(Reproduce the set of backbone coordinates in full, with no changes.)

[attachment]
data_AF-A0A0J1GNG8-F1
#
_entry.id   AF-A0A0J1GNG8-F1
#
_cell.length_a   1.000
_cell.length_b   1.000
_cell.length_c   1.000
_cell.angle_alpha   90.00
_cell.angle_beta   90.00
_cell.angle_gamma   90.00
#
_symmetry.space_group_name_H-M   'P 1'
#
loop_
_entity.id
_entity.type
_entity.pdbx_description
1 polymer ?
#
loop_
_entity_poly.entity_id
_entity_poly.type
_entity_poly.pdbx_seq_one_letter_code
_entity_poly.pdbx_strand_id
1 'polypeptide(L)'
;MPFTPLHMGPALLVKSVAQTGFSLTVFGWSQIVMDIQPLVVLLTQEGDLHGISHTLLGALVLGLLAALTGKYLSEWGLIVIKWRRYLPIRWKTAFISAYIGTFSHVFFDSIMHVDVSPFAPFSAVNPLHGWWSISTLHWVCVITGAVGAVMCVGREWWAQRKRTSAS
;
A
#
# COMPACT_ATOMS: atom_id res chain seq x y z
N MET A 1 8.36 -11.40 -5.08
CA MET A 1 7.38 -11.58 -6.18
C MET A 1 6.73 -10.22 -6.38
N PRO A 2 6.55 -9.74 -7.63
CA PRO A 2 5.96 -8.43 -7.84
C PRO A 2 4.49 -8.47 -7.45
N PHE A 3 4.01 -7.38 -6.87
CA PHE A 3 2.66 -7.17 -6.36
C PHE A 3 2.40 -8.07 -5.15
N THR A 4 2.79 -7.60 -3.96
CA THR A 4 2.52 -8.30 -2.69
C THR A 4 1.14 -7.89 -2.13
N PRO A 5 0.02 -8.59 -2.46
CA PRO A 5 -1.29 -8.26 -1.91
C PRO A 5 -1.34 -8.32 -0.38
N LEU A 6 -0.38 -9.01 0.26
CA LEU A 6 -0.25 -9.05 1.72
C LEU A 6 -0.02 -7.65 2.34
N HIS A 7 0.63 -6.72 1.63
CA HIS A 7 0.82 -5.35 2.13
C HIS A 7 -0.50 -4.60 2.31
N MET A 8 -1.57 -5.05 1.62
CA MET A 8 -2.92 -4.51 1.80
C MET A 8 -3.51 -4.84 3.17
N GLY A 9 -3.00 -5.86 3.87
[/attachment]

data_AF-A0A0J1GNG8-F1
#
_entry.id   AF-A0A0J1GNG8-F1
#
_cell.length_a   1.000
_cell.length_b   1.000
_cell.length_c   1.000
_cell.angle_alpha   90.00
_cell.angle_beta   90.00
_cell.angle_gamma   90.00
#
_symmetry.space_group_name_H-M   'P 1'
#
loop_
_entity.id
_entity.type
_entity.pdbx_description
1 polymer ?
#
loop_
_entity_poly.entity_id
_entity_poly.type
_entity_poly.pdbx_seq_one_letter_code
_entity_poly.pdbx_strand_id
1 'polypeptide(L)'
;MPFTPLHMGPALLVKSVAQTGFSLTVFGWSQIVMDIQPLVVLLTQEGDLHGISHTLLGALVLGLLAALTGKYLSEWGLIVIKWRRYLPIRWKTAFISAYIGTFSHVFFDSIMHVDVSPFAPFSAVNPLHGWWSISTLHWVCVITGAVGAVMCVGREWWAQRKRTSAS
;
A
#
# COMPACT_ATOMS: atom_id res chain seq x y z
N MET A 1 8.36 -11.40 -5.08
CA MET A 1 7.38 -11.58 -6.18
C MET A 1 6.73 -10.22 -6.38
N PRO A 2 6.55 -9.74 -7.63
CA PRO A 2 5.96 -8.43 -7.84
C PRO A 2 4.49 -8.47 -7.45
N PHE A 3 4.01 -7.38 -6.87
CA PHE A 3 2.66 -7.17 -6.36
C PHE A 3 2.40 -8.07 -5.15
N THR A 4 2.79 -7.60 -3.96
CA THR A 4 2.52 -8.30 -2.69
C THR A 4 1.14 -7.89 -2.13
N PRO A 5 0.02 -8.59 -2.46
CA PRO A 5 -1.29 -8.26 -1.91
C PRO A 5 -1.34 -8.32 -0.38
N LEU A 6 -0.38 -9.01 0.26
CA LEU A 6 -0.25 -9.05 1.72
C LEU A 6 -0.02 -7.65 2.34
N HIS A 7 0.63 -6.72 1.63
CA HIS A 7 0.82 -5.35 2.13
C HIS A 7 -0.50 -4.60 2.31
N MET A 8 -1.57 -5.05 1.62
CA MET A 8 -2.92 -4.51 1.80
C MET A 8 -3.51 -4.84 3.17
N GLY A 9 -3.00 -5.86 3.87